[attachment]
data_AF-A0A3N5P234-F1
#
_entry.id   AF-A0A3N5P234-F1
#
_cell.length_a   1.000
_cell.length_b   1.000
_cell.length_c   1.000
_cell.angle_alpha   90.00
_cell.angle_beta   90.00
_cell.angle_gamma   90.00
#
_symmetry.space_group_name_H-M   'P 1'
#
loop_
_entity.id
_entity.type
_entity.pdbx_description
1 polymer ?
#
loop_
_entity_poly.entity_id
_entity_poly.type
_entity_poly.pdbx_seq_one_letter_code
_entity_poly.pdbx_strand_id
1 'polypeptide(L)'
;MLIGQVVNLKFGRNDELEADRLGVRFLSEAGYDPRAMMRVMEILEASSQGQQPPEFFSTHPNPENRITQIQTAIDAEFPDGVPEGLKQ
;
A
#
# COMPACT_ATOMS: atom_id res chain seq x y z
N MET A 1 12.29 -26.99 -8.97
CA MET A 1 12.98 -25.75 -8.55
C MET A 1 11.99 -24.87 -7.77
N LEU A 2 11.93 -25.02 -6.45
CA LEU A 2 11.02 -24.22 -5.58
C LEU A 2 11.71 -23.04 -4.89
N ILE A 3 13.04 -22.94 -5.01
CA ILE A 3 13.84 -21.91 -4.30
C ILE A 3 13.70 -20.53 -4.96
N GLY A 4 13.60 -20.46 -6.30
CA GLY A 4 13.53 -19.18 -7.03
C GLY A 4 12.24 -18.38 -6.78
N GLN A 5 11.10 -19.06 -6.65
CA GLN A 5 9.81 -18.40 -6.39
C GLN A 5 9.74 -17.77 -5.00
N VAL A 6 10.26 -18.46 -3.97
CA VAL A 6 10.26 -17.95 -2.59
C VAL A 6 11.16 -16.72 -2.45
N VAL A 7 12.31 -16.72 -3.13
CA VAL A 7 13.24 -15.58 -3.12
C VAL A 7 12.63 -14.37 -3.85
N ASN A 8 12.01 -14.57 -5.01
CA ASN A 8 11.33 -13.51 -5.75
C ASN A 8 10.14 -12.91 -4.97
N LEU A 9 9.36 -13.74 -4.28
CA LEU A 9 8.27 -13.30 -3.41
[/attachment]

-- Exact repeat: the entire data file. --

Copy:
data_AF-A0A3N5P234-F1
#
_entry.id   AF-A0A3N5P234-F1
#
_cell.length_a   1.000
_cell.length_b   1.000
_cell.length_c   1.000
_cell.angle_alpha   90.00
_cell.angle_beta   90.00
_cell.angle_gamma   90.00
#
_symmetry.space_group_name_H-M   'P 1'
#
loop_
_entity.id
_entity.type
_entity.pdbx_description
1 polymer ?
#
loop_
_entity_poly.entity_id
_entity_poly.type
_entity_poly.pdbx_seq_one_letter_code
_entity_poly.pdbx_strand_id
1 'polypeptide(L)'
;MLIGQVVNLKFGRNDELEADRLGVRFLSEAGYDPRAMMRVMEILEASSQGQQPPEFFSTHPNPENRITQIQTAIDAEFPDGVPEGLKQ
;
A
#
# COMPACT_ATOMS: atom_id res chain seq x y z
N MET A 1 12.29 -26.99 -8.97
CA MET A 1 12.98 -25.75 -8.55
C MET A 1 11.99 -24.87 -7.77
N LEU A 2 11.93 -25.02 -6.45
CA LEU A 2 11.02 -24.22 -5.58
C LEU A 2 11.71 -23.04 -4.89
N ILE A 3 13.04 -22.94 -5.01
CA ILE A 3 13.84 -21.91 -4.30
C ILE A 3 13.70 -20.53 -4.96
N GLY A 4 13.60 -20.46 -6.30
CA GLY A 4 13.53 -19.18 -7.03
C GLY A 4 12.24 -18.38 -6.78
N GLN A 5 11.10 -19.06 -6.65
CA GLN A 5 9.81 -18.40 -6.39
C GLN A 5 9.74 -17.77 -5.00
N VAL A 6 10.26 -18.46 -3.97
CA VAL A 6 10.26 -17.95 -2.59
C VAL A 6 11.16 -16.72 -2.45
N VAL A 7 12.31 -16.72 -3.13
CA VAL A 7 13.24 -15.58 -3.12
C VAL A 7 12.63 -14.37 -3.85
N ASN A 8 12.01 -14.57 -5.01
CA ASN A 8 11.33 -13.51 -5.75
C ASN A 8 10.14 -12.91 -4.97
N LEU A 9 9.36 -13.74 -4.28
CA LEU A 9 8.27 -13.30 -3.41